NEW ORLEANS -- Every day, thousands of cars pass through the high rise, which peaks at 115 feet.
Now some are calling for more safety on the interstate after a November 2013 crash pushed 29-year-old Danielle Rhone and her 2-year-old nephew over the side to their deaths.
State Rep. Austin Badon, D-New Orleans, said much of the interstate in his district is set to get an upgrade of safety barriers, as the old aluminum barriers aren't enough.
'Years ago when the Louisiana Department of Transportation put these barriers out there, they were never designed to be safety barriers but there for an aesthetic look. Over time they became damaged and you had some people who started stealing them.'
Theft has been one issue that has kept the state from replacing some areas that need upgrades because of the elevated costs.
It's also changed how the scrap industry does business. Lawmakers passed strict rules on the requirements to sell and increased the punishment for those caught selling stolen materials.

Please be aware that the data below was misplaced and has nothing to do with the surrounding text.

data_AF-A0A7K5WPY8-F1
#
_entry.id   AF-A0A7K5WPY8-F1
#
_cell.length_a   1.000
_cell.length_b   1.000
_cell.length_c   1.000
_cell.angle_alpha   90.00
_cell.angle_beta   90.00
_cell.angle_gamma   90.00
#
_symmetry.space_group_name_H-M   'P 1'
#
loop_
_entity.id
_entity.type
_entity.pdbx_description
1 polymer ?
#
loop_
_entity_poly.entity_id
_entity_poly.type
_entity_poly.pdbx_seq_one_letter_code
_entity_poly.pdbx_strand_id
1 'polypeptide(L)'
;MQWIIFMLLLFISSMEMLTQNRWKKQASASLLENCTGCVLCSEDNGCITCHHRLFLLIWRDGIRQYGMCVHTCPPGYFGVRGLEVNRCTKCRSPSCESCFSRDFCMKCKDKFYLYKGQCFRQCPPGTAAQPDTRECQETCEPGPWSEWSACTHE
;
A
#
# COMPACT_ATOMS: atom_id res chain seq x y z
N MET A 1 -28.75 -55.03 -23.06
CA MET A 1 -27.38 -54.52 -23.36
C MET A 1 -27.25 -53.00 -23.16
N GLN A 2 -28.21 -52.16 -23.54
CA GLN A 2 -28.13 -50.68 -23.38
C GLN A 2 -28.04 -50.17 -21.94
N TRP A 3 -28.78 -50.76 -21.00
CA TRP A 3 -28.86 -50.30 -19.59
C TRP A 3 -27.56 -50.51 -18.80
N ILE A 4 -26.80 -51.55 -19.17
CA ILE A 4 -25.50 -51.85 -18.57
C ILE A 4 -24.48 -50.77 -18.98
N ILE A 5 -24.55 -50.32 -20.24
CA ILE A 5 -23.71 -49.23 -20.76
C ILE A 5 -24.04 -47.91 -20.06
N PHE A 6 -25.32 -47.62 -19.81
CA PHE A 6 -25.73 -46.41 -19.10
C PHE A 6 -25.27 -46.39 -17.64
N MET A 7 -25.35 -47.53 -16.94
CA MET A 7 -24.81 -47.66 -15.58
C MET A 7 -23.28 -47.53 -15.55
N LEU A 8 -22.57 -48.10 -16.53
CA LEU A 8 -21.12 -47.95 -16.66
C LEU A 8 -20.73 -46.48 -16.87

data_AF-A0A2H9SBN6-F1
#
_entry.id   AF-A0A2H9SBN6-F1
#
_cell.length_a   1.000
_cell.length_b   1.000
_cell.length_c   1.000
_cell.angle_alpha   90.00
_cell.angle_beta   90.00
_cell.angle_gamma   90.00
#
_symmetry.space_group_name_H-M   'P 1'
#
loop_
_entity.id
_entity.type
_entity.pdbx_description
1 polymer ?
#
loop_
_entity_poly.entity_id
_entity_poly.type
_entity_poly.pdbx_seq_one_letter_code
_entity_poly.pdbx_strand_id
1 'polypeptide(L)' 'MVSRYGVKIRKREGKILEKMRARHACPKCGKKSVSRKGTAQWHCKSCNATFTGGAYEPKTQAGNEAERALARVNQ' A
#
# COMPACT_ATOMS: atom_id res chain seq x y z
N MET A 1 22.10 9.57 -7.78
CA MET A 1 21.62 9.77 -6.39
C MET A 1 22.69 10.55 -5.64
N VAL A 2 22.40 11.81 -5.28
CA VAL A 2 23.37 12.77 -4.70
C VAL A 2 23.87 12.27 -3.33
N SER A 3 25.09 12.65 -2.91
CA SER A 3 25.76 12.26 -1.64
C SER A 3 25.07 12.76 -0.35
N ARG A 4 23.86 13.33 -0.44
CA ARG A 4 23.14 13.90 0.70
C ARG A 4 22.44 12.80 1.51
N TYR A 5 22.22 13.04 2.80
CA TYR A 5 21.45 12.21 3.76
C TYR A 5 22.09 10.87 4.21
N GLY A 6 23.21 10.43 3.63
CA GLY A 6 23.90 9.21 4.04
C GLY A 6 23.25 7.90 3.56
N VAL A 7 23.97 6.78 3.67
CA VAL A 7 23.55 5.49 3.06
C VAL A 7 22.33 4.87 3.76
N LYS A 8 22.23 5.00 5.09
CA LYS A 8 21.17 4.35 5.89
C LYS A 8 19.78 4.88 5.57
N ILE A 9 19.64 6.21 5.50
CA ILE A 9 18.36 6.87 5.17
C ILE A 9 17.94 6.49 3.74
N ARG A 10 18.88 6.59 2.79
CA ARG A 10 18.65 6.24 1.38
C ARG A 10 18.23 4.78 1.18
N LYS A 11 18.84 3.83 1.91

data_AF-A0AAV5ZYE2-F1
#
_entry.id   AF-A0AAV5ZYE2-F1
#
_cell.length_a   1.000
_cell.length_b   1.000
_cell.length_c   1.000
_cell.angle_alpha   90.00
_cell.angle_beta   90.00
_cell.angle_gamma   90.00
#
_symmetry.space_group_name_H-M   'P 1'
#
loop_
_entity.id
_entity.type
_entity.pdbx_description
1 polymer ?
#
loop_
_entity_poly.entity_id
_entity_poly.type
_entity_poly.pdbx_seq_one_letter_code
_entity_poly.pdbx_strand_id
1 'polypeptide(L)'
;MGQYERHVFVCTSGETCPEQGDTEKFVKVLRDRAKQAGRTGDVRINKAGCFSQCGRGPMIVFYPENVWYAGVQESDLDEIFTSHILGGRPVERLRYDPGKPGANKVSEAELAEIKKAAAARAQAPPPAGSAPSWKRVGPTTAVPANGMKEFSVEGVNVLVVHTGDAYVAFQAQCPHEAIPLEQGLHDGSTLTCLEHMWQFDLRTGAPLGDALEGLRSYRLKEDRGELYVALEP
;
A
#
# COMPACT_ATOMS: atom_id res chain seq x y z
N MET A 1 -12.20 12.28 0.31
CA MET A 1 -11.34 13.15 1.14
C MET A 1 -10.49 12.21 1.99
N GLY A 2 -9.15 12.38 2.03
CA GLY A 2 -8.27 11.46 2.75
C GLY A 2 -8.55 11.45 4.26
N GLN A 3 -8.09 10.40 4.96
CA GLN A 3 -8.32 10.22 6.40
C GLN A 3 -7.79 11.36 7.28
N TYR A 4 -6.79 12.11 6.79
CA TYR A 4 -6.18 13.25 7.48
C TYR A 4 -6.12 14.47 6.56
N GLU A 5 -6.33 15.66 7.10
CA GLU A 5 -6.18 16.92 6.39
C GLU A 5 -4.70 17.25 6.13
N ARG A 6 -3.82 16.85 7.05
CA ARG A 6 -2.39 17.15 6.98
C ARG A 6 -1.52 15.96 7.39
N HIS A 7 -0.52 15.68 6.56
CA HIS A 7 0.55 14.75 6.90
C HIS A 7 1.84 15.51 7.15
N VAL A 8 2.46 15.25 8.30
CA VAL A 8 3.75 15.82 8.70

'So when thieves are stealing from us, they are stealing the profit right out of our pocket,' said Simone Bruni of Demo Diva.
Bruni said the same thieves stealing guard rails are hitting her demo sites for steel, aluminum and copper, costing her thousands of dollars of profit.
'My profit is tied to completely to scrap metal,' Bruni said. 'In commercial jobs scrap metal is what funds our business.'
The state of Louisiana is set to install more than 20 miles of cable barriers between interstate 510 and the Twin Span as an upgrade to the highway system.
Badon said they have been proven to save lives by stopping cars from going over railings and crossing lanes of oncoming traffic.
His push is for the state to install the barriers across the nearly 900 miles of Louisiana interstates.
'When you drive around and see one damaged, that means a vehicle has been repelled from going to the other side,' Badon said.
The upgrade is being paid for by federal dollars.
The same project was completed along interstate roadways between New Orleans and Baton Rouge in 2012. That project cost $2.7 million, all paid for the Federal Highway Administration.